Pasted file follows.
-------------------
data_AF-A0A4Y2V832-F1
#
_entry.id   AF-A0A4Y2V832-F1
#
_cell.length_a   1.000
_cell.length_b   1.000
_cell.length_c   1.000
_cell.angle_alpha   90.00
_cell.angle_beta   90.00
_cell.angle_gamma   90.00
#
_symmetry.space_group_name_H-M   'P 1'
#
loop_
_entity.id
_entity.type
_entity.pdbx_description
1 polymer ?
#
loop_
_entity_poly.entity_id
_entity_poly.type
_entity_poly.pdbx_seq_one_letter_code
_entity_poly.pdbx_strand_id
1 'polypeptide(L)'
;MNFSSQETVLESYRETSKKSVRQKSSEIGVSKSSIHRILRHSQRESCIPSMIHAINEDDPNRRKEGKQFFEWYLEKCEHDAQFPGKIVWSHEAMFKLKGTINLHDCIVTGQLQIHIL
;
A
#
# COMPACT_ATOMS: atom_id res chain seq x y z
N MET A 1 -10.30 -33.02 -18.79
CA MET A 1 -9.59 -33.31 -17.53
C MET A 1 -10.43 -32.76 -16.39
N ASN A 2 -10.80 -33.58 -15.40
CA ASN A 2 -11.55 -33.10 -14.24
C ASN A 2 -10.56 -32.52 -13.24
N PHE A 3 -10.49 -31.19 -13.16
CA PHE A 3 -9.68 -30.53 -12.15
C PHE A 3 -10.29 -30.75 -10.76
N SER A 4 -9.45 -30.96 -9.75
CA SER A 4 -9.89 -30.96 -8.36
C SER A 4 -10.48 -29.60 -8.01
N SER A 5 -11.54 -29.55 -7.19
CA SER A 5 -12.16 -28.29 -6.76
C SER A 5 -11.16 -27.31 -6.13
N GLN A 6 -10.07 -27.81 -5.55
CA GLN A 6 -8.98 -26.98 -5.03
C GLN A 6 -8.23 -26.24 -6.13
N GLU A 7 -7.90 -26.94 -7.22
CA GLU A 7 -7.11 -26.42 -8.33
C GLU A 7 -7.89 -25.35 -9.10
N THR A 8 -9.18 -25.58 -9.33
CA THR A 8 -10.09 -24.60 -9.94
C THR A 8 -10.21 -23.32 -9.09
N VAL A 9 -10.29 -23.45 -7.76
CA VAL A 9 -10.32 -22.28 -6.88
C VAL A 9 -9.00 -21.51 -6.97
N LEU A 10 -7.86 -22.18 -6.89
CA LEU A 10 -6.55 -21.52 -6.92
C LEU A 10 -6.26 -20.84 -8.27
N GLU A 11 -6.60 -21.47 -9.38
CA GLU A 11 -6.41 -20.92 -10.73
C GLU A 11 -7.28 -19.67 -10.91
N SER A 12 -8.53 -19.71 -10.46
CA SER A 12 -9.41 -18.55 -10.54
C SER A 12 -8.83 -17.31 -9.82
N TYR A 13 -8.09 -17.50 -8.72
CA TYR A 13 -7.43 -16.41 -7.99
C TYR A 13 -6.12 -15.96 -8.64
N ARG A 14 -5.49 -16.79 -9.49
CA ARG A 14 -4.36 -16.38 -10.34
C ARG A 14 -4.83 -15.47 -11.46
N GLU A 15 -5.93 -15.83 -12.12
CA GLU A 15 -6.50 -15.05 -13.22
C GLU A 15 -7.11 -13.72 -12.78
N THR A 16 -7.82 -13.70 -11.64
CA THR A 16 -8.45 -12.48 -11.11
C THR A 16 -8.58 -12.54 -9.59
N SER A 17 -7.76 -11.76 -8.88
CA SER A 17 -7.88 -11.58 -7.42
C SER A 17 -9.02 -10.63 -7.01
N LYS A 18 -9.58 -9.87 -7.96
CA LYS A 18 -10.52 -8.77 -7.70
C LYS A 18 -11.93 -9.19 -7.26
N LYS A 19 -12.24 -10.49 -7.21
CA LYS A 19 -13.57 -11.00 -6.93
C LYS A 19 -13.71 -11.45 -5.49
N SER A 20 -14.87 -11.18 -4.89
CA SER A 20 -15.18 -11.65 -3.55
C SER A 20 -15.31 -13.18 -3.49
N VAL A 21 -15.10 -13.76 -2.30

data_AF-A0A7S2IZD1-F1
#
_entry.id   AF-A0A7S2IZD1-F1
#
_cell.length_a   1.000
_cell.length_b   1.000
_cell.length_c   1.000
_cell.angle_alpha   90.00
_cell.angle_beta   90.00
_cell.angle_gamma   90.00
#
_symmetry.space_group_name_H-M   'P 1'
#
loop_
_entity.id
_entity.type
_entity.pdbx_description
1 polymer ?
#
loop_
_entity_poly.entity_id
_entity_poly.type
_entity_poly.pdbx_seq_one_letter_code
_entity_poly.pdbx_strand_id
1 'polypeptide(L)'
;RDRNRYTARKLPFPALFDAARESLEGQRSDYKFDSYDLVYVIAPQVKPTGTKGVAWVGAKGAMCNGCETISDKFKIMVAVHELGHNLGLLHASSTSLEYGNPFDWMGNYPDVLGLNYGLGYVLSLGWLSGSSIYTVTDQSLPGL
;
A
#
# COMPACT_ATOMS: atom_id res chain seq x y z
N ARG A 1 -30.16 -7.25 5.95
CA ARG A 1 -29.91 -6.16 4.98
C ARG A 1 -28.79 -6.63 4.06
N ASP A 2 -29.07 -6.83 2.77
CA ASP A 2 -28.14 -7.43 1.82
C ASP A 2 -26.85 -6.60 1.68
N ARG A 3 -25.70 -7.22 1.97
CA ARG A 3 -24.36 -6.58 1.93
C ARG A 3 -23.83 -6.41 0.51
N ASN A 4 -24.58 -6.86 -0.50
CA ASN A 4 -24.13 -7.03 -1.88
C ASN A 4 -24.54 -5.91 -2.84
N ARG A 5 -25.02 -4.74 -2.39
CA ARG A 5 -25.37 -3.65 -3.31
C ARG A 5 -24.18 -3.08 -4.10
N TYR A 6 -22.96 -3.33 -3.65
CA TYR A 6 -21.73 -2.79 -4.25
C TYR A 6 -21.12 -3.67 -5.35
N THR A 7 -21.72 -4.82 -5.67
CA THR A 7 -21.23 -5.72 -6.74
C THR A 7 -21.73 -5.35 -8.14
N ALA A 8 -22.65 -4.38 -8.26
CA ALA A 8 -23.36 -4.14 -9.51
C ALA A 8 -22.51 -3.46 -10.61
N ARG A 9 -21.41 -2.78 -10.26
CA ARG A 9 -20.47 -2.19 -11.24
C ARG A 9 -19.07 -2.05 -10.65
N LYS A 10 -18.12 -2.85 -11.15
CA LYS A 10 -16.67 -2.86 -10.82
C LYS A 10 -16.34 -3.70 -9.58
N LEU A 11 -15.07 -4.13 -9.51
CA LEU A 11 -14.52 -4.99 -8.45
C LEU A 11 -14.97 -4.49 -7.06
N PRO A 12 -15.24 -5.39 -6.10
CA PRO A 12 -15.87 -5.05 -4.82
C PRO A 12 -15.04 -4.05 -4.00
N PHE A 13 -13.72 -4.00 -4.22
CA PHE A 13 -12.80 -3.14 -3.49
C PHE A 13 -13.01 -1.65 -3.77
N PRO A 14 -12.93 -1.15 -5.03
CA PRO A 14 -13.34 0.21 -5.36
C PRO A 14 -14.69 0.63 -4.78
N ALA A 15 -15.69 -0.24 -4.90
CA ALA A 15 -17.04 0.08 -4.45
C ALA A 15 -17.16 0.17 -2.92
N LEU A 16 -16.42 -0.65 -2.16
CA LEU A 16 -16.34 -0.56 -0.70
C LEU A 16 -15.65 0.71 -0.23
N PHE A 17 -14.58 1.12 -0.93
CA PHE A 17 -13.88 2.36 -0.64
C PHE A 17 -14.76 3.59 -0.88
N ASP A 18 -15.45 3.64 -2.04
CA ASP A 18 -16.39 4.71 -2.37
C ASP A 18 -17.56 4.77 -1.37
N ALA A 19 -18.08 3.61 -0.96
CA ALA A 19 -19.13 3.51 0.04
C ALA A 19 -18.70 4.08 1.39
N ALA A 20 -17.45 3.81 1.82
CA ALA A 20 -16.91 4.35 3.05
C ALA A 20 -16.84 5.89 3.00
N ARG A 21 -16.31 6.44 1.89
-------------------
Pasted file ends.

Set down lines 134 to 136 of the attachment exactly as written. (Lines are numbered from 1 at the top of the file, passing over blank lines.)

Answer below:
N ARG A 5 -25.02 -4.74 -2.39
CA ARG A 5 -25.37 -3.65 -3.31
C ARG A 5 -24.18 -3.08 -4.10